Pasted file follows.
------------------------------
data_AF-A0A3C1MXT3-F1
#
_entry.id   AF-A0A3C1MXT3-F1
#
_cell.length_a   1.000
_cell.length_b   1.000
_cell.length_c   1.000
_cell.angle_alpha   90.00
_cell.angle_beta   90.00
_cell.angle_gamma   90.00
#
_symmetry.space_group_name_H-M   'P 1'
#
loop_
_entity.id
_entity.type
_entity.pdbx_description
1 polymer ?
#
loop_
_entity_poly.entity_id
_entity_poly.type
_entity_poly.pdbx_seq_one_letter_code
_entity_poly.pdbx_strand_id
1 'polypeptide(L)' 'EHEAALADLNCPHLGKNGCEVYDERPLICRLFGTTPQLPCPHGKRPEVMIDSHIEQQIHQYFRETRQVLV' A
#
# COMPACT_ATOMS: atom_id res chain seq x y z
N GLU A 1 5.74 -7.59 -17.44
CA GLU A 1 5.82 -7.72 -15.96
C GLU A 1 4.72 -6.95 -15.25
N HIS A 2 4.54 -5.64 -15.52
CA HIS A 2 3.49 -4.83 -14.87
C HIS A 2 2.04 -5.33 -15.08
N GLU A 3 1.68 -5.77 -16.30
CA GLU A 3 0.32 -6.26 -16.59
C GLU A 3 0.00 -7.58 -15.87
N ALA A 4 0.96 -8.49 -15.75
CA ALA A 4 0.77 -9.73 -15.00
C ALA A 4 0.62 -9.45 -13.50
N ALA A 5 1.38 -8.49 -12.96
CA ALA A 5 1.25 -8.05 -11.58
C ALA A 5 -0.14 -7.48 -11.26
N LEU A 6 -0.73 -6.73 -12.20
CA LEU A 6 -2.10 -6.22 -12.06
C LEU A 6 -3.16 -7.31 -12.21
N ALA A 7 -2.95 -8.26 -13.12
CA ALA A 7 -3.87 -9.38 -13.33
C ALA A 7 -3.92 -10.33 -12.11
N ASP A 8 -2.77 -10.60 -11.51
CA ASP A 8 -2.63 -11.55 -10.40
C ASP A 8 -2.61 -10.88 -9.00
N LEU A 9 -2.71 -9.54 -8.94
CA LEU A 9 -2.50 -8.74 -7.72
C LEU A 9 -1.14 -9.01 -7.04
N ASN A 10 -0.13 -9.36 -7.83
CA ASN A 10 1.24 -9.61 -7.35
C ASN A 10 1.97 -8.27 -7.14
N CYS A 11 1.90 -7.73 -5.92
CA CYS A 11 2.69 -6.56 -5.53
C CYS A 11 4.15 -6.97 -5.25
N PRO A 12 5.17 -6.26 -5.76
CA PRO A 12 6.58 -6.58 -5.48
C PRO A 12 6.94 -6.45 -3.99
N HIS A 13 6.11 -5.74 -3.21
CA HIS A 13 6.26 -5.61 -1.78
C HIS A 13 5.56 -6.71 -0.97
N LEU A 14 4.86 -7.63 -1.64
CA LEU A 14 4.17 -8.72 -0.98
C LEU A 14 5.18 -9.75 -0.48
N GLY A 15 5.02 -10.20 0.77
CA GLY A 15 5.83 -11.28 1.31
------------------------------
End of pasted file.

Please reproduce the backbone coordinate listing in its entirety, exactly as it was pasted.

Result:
data_AF-A0A3C1MXT3-F1
#
_entry.id   AF-A0A3C1MXT3-F1
#
_cell.length_a   1.000
_cell.length_b   1.000
_cell.length_c   1.000
_cell.angle_alpha   90.00
_cell.angle_beta   90.00
_cell.angle_gamma   90.00
#
_symmetry.space_group_name_H-M   'P 1'
#
loop_
_entity.id
_entity.type
_entity.pdbx_description
1 polymer ?
#
loop_
_entity_poly.entity_id
_entity_poly.type
_entity_poly.pdbx_seq_one_letter_code
_entity_poly.pdbx_strand_id
1 'polypeptide(L)' 'EHEAALADLNCPHLGKNGCEVYDERPLICRLFGTTPQLPCPHGKRPEVMIDSHIEQQIHQYFRETRQVLV' A
#
# COMPACT_ATOMS: atom_id res chain seq x y z
N GLU A 1 5.74 -7.59 -17.44
CA GLU A 1 5.82 -7.72 -15.96
C GLU A 1 4.72 -6.95 -15.25
N HIS A 2 4.54 -5.64 -15.52
CA HIS A 2 3.49 -4.83 -14.87
C HIS A 2 2.04 -5.33 -15.08
N GLU A 3 1.68 -5.77 -16.30
CA GLU A 3 0.32 -6.26 -16.59
C GLU A 3 0.00 -7.58 -15.87
N ALA A 4 0.96 -8.49 -15.75
CA ALA A 4 0.77 -9.73 -15.00
C ALA A 4 0.62 -9.45 -13.50
N ALA A 5 1.38 -8.49 -12.96
CA ALA A 5 1.25 -8.05 -11.58
C ALA A 5 -0.14 -7.48 -11.26
N LEU A 6 -0.73 -6.73 -12.20
CA LEU A 6 -2.10 -6.22 -12.06
C LEU A 6 -3.16 -7.31 -12.21
N ALA A 7 -2.95 -8.26 -13.12
CA ALA A 7 -3.87 -9.38 -13.33
C ALA A 7 -3.92 -10.33 -12.11
N ASP A 8 -2.77 -10.60 -11.51
CA ASP A 8 -2.63 -11.55 -10.40
C ASP A 8 -2.61 -10.88 -9.00
N LEU A 9 -2.71 -9.54 -8.94
CA LEU A 9 -2.50 -8.74 -7.72
C LEU A 9 -1.14 -9.01 -7.04
N ASN A 10 -0.13 -9.36 -7.83
CA ASN A 10 1.24 -9.61 -7.35
C ASN A 10 1.97 -8.27 -7.14
N CYS A 11 1.90 -7.73 -5.92
CA CYS A 11 2.69 -6.56 -5.53
C CYS A 11 4.15 -6.97 -5.25
N PRO A 12 5.17 -6.26 -5.76
CA PRO A 12 6.58 -6.58 -5.48
C PRO A 12 6.94 -6.45 -3.99
N HIS A 13 6.11 -5.74 -3.21
CA HIS A 13 6.26 -5.61 -1.78
C HIS A 13 5.56 -6.71 -0.97
N LEU A 14 4.86 -7.63 -1.64
CA LEU A 14 4.17 -8.72 -0.98
C LEU A 14 5.18 -9.75 -0.48
N GLY A 15 5.02 -10.20 0.77
CA GLY A 15 5.83 -11.28 1.31